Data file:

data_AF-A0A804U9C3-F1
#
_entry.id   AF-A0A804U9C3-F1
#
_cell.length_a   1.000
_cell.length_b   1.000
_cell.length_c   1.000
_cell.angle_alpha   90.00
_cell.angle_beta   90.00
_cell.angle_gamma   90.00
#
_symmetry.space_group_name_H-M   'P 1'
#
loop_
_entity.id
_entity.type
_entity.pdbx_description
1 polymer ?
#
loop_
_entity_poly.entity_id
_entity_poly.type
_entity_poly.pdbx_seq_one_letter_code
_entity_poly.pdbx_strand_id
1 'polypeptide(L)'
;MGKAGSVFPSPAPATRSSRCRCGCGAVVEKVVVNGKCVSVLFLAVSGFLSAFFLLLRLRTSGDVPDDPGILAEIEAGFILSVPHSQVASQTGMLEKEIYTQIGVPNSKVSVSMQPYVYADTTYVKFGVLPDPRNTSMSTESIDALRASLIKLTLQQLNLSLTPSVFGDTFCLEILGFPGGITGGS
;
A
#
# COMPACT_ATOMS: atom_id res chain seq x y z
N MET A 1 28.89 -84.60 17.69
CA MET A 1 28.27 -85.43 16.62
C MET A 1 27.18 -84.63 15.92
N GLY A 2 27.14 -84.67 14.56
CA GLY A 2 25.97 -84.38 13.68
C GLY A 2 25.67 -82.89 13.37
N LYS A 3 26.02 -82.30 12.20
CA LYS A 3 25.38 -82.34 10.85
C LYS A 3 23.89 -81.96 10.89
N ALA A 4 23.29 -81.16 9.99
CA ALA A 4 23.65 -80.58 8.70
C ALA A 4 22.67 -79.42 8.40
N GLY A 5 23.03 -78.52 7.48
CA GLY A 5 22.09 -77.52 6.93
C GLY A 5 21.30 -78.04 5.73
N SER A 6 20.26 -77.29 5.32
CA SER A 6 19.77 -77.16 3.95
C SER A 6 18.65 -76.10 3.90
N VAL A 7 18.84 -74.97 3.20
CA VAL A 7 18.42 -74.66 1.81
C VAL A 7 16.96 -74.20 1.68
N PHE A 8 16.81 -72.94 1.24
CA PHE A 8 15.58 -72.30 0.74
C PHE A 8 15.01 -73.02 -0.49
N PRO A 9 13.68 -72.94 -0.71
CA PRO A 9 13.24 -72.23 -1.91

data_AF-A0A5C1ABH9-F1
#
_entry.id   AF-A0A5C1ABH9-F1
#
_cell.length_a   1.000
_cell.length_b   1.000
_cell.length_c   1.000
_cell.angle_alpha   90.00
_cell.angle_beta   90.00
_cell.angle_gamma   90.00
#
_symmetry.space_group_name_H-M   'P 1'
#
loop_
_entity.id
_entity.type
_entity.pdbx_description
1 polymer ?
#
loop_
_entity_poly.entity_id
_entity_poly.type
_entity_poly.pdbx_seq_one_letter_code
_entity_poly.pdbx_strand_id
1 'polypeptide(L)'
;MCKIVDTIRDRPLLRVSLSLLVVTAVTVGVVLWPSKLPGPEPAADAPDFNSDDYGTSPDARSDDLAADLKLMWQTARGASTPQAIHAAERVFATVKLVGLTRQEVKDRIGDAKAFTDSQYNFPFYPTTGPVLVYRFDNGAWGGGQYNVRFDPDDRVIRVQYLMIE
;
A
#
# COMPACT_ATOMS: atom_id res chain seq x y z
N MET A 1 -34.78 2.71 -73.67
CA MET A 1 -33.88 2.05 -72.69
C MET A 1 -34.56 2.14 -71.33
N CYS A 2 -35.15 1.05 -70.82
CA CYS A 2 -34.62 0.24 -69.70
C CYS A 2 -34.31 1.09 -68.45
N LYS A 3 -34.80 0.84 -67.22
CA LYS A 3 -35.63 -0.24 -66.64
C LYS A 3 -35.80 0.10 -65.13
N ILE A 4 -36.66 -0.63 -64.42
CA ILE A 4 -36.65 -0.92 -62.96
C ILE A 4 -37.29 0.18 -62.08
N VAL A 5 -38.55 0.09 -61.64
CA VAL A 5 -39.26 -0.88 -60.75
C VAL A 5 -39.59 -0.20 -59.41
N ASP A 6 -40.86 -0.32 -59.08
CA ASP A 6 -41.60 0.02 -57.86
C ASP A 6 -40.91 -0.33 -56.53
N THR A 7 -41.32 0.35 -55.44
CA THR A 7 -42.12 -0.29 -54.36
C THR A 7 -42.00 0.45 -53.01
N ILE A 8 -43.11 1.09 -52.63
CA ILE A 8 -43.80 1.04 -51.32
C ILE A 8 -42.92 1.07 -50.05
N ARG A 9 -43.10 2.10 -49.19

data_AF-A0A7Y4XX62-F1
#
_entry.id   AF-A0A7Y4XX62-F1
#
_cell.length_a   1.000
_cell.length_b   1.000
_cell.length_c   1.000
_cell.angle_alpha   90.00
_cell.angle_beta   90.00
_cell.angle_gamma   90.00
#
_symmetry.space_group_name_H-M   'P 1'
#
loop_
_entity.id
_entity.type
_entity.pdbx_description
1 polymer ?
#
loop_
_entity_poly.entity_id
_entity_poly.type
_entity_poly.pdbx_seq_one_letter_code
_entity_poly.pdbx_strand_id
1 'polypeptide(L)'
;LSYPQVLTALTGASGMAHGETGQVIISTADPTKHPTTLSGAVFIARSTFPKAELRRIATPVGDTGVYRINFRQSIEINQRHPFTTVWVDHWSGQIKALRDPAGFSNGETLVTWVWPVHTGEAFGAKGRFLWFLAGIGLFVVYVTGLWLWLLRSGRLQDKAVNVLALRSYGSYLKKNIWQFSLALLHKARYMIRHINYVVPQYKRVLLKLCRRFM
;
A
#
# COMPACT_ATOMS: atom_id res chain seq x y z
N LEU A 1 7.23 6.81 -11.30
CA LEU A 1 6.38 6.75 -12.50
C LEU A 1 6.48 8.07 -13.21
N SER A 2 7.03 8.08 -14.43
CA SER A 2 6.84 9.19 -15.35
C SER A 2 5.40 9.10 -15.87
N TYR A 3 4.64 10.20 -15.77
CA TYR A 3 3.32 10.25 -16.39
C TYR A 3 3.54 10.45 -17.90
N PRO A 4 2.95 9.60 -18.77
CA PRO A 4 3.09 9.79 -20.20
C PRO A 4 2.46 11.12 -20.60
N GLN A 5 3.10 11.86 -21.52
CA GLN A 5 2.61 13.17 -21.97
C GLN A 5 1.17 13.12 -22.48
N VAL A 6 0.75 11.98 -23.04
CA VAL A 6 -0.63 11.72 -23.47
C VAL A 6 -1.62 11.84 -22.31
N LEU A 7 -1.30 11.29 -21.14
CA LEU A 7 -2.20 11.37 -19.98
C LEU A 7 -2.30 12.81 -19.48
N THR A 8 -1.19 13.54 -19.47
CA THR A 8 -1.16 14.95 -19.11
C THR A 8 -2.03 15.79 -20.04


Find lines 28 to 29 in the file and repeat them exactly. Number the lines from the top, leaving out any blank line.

A
#